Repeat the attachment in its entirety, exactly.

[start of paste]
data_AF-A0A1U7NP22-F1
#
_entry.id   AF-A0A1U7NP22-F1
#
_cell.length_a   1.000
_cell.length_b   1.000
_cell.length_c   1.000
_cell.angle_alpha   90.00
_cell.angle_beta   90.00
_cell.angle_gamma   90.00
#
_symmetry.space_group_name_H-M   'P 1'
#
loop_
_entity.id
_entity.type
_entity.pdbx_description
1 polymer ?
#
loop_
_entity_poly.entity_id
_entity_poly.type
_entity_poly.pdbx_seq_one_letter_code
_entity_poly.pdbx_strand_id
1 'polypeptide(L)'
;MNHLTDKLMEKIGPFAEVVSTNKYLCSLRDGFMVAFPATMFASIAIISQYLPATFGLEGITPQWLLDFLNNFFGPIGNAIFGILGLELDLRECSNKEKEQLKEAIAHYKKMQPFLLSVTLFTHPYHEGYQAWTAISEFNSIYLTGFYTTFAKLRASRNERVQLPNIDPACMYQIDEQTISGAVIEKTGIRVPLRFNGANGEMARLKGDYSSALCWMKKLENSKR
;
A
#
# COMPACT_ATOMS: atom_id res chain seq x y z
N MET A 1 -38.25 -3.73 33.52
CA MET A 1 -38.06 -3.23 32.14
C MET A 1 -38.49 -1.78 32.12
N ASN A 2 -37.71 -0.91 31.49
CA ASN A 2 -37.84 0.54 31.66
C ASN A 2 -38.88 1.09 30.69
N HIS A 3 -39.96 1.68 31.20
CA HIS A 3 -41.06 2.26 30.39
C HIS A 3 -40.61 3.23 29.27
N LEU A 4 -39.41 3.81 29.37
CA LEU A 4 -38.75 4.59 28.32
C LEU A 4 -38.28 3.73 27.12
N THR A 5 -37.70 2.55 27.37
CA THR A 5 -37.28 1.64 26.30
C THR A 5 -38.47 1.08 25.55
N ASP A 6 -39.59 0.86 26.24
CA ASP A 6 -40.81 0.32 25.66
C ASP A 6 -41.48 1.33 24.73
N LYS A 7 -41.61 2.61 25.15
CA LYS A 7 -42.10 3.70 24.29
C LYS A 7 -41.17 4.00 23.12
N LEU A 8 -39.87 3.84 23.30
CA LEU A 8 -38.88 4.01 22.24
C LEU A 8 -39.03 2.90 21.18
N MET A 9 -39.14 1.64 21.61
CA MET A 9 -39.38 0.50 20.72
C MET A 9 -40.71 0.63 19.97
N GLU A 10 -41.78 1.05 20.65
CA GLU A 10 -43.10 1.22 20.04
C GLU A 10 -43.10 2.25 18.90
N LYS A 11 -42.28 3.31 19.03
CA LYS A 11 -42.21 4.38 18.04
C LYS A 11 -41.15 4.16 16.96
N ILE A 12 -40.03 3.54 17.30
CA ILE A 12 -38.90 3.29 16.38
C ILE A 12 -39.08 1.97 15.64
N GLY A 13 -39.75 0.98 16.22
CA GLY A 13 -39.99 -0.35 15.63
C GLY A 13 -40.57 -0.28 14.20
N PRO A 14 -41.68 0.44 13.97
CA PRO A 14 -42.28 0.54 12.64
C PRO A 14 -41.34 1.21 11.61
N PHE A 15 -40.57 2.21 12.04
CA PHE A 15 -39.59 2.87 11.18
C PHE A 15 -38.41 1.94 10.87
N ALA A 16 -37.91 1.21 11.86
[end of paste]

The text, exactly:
data_AF-A0A1U7NP22-F1
#
_entry.id   AF-A0A1U7NP22-F1
#
_cell.length_a   1.000
_cell.length_b   1.000
_cell.length_c   1.000
_cell.angle_alpha   90.00
_cell.angle_beta   90.00
_cell.angle_gamma   90.00
#
_symmetry.space_group_name_H-M   'P 1'
#
loop_
_entity.id
_entity.type
_entity.pdbx_description
1 polymer ?
#
loop_
_entity_poly.entity_id
_entity_poly.type
_entity_poly.pdbx_seq_one_letter_code
_entity_poly.pdbx_strand_id
1 'polypeptide(L)'
;MNHLTDKLMEKIGPFAEVVSTNKYLCSLRDGFMVAFPATMFASIAIISQYLPATFGLEGITPQWLLDFLNNFFGPIGNAIFGILGLELDLRECSNKEKEQLKEAIAHYKKMQPFLLSVTLFTHPYHEGYQAWTAISEFNSIYLTGFYTTFAKLRASRNERVQLPNIDPACMYQIDEQTISGAVIEKTGIRVPLRFNGANGEMARLKGDYSSALCWMKKLENSKR
;
A
#
# COMPACT_ATOMS: atom_id res chain seq x y z
N MET A 1 -38.25 -3.73 33.52
CA MET A 1 -38.06 -3.23 32.14
C MET A 1 -38.49 -1.78 32.12
N ASN A 2 -37.71 -0.91 31.49
CA ASN A 2 -37.84 0.54 31.66
C ASN A 2 -38.88 1.09 30.69
N HIS A 3 -39.96 1.68 31.20
CA HIS A 3 -41.06 2.26 30.39
C HIS A 3 -40.61 3.23 29.27
N LEU A 4 -39.41 3.81 29.37
CA LEU A 4 -38.75 4.59 28.32
C LEU A 4 -38.28 3.73 27.12
N THR A 5 -37.70 2.55 27.37
CA THR A 5 -37.28 1.64 26.30
C THR A 5 -38.47 1.08 25.55
N ASP A 6 -39.59 0.86 26.24
CA ASP A 6 -40.81 0.32 25.66
C ASP A 6 -41.48 1.33 24.73
N LYS A 7 -41.61 2.61 25.15
CA LYS A 7 -42.10 3.70 24.29
C LYS A 7 -41.17 4.00 23.12
N LEU A 8 -39.87 3.84 23.30
CA LEU A 8 -38.88 4.01 22.24
C LEU A 8 -39.03 2.90 21.18
N MET A 9 -39.14 1.64 21.61
CA MET A 9 -39.38 0.50 20.72
C MET A 9 -40.71 0.63 19.97
N GLU A 10 -41.78 1.05 20.65
CA GLU A 10 -43.10 1.22 20.04
C GLU A 10 -43.10 2.25 18.90
N LYS A 11 -42.28 3.31 19.03
CA LYS A 11 -42.21 4.38 18.04
C LYS A 11 -41.15 4.16 16.96
N ILE A 12 -40.03 3.54 17.30
CA ILE A 12 -38.90 3.29 16.38
C ILE A 12 -39.08 1.97 15.64
N GLY A 13 -39.75 0.98 16.22
CA GLY A 13 -39.99 -0.35 15.63
C GLY A 13 -40.57 -0.28 14.20
N PRO A 14 -41.68 0.44 13.97
CA PRO A 14 -42.28 0.54 12.64
C PRO A 14 -41.34 1.21 11.61
N PHE A 15 -40.57 2.21 12.04
CA PHE A 15 -39.59 2.87 11.18
C PHE A 15 -38.41 1.94 10.87
N ALA A 16 -37.91 1.21 11.86